Five-year 'most favoured nation' ban for Apple

Five-year 'most favoured nation' ban for Apple

A US federal judge has forbidden Apple from enforcing most favoured nation clauses in its contracts with all publishers for five years.

Judge Denise Cote has also ruled that Apple will have to stagger new contract negotiations with the "agency" publishers – Penguin, HarperCollins, Simon & Schuster, Pan Macmillan and Hachette - following the abolition of the agency agreement.

In July, Judge Cote found Apple guilty of conspiring with publishers to set the prices of e-books when it launched the iBookstore.

However, Apple has said it will appeal.

Today’s ruling on Apple stated: “Apple shall not enter into or maintain any agreement with a publisher defendant that restricts, limits or impedes Apple’s ability to set, alter, or reduce the e-book price of any e-book or to offer price discounts or any other form of promotions to encourage consumers to purchase one or more e-books.”

The terms on the order is imposed differs for each publisher accused of price-fixing in the case. The terms will be imposed on Hachette for 24 months, HarperCollins for 30 months, and Simon & Schuster for 36 months. Penguin will be allowed to renegotiate after 42 months and Macmillan, the last to settle with the DoJ, after 48 months.

Cote’s ruling today (6th September) also allows the DoJ to inspect Apple documents and interviews its employees for the next five years.

Cote also said: “Apple shall not retaliate against or punish… any e-book publisher for refusing to enter into an agreement with Apple relating to the sale of e-books or for the terms on which the e-book publisher sells e-books to another e-book retailer.”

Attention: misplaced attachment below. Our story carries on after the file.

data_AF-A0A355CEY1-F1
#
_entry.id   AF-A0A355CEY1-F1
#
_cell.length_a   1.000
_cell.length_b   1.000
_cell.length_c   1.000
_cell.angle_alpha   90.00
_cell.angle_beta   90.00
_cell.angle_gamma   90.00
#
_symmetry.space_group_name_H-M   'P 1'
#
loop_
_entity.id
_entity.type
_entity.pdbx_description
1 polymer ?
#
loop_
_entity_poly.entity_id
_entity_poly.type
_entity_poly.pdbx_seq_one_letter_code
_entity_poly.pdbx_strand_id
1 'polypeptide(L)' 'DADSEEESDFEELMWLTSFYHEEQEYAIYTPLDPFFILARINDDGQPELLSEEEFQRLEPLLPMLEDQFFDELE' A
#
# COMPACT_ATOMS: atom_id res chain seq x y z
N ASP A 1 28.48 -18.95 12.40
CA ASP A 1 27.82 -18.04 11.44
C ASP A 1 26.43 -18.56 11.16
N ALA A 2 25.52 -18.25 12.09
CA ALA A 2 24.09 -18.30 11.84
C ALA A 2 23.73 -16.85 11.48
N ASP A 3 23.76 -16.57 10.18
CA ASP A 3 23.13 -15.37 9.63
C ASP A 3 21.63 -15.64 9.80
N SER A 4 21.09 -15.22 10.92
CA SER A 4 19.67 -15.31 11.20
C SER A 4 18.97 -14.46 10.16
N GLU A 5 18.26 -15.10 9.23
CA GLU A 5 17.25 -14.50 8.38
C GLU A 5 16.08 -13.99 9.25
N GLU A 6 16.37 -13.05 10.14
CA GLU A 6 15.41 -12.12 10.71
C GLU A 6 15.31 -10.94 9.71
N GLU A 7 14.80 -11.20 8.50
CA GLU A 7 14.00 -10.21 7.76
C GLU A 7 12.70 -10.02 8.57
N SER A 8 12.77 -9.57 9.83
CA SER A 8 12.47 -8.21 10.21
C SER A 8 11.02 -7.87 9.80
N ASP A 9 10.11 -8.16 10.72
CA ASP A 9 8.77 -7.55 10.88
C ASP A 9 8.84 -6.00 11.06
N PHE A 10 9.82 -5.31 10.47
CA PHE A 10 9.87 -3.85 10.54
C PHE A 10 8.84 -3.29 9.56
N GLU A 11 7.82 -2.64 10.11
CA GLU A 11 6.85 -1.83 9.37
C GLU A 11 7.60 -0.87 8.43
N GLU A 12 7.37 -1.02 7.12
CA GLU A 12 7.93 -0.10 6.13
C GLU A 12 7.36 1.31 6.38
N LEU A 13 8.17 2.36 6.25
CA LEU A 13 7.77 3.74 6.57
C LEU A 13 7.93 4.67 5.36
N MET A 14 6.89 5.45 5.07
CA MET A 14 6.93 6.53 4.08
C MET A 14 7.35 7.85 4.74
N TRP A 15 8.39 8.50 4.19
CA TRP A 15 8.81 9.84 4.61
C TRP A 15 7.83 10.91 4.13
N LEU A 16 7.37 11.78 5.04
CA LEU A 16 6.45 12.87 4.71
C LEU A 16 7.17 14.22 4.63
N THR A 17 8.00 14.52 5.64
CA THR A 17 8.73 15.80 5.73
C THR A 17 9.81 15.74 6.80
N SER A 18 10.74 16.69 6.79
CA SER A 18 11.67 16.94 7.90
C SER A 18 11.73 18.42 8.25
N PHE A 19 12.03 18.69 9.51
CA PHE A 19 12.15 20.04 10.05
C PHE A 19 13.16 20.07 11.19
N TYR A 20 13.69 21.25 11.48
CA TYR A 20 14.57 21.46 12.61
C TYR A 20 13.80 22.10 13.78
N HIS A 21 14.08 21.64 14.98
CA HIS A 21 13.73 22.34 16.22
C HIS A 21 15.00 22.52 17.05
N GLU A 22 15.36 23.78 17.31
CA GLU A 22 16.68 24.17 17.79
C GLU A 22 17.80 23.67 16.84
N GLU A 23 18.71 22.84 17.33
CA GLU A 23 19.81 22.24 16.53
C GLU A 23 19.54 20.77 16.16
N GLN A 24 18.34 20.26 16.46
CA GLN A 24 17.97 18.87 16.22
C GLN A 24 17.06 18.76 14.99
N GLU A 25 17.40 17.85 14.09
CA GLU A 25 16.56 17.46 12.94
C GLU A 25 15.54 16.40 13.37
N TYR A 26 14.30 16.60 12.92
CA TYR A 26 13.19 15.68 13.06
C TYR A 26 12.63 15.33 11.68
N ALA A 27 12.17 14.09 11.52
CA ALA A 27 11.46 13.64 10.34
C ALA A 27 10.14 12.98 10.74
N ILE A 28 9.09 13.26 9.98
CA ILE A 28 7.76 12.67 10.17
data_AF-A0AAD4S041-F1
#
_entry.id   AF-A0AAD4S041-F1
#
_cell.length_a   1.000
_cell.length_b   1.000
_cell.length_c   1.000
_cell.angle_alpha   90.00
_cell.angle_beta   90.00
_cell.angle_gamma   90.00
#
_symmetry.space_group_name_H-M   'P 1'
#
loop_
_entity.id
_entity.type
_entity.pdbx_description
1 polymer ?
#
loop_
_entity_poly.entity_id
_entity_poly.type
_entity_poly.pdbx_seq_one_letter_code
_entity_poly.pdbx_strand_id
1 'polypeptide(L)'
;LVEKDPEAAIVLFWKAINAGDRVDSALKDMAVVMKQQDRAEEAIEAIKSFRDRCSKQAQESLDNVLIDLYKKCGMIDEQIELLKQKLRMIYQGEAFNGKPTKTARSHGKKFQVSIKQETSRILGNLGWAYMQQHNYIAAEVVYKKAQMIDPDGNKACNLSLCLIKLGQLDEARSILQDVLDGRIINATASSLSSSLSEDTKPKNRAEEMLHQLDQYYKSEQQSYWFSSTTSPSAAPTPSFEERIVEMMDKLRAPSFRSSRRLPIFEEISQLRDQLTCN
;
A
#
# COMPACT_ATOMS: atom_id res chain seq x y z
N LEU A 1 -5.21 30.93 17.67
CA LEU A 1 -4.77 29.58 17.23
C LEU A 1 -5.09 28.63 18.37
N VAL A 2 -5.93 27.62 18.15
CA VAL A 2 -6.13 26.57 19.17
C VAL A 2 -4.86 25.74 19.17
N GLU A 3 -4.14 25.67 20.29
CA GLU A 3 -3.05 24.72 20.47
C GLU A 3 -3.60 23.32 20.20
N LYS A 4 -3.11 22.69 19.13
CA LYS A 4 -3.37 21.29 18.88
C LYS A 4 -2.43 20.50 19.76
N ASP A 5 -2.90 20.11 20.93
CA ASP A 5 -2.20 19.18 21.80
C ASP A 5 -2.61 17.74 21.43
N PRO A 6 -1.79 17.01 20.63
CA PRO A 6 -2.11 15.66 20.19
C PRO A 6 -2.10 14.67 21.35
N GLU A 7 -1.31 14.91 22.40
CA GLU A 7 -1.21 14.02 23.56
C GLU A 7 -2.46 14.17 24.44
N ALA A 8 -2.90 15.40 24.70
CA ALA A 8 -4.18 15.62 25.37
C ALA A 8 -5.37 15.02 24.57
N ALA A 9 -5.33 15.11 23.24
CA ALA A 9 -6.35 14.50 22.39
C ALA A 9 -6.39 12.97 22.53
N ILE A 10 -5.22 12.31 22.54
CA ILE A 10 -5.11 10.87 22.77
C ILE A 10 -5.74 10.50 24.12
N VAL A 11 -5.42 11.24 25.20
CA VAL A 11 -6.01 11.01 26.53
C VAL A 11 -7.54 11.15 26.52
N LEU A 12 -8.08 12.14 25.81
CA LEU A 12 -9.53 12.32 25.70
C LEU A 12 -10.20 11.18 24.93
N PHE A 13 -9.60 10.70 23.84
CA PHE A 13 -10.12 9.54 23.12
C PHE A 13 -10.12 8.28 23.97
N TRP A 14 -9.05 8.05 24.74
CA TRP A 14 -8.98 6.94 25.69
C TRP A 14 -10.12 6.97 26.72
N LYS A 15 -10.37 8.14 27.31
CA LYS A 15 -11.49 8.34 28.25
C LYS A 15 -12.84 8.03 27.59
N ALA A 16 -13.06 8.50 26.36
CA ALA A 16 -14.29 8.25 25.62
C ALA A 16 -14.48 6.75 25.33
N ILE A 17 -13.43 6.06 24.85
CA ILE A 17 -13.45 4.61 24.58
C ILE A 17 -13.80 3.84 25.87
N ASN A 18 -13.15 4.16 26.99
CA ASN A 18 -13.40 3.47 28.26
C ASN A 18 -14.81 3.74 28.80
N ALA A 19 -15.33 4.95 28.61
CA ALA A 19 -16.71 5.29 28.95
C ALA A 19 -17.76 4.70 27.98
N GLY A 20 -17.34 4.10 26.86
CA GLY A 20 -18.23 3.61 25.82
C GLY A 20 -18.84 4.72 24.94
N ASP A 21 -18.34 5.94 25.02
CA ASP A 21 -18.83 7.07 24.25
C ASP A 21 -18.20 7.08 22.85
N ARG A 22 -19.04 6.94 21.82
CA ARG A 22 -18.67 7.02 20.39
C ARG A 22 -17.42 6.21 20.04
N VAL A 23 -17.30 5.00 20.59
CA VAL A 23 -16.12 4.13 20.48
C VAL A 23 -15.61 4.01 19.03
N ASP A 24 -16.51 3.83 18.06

She also said that Apple musn’t communicate “directly or indirectly” the terms of any publisher the status of contract negotiations of another. It must also not reveal “sensitive information” about any publisher’s business plans or future pricing and business strategies to another publisher.

In crafting her final order, Judge Cote said she wanted to intrude as lightly as possible on Apple’s business while restoring competition to the e-book business. The ruling does not seek to regulate Apple’s activities in the App store or other areas of Apple’s business such as music and films.

The ruling said: “This provision does not prevent Apple from introducing new categories of apps with different terms and conditions or from changing its App Store terms and conditions and applying them in a reasonable manner so long as Apple does not discriminate e-book apps.”

In addition, an external monitor will be appointed and paid for by Apple to ensure that Apple complies with the ruling to prevent "harm to consumers," the court said.

Assistant Attorney General Bill Baer of the Department of Justice’s Antitrust Division said: “We’re pleased that the court has issued an order supporting the Department of Justice’s efforts to address Apple’s illegal price fixing conduct. Consumers will continue to benefit from lower e-books prices as a result of the department’s enforcement action to restore competition in this important industry. By appointing an external monitor to ensure future compliance with the antitrust laws, the court has helped protect consumers from further misconduct by Apple. The court’s ruling reinforces the victory the department has won for consumers.”

The judgement takes affect in 30 days’ time.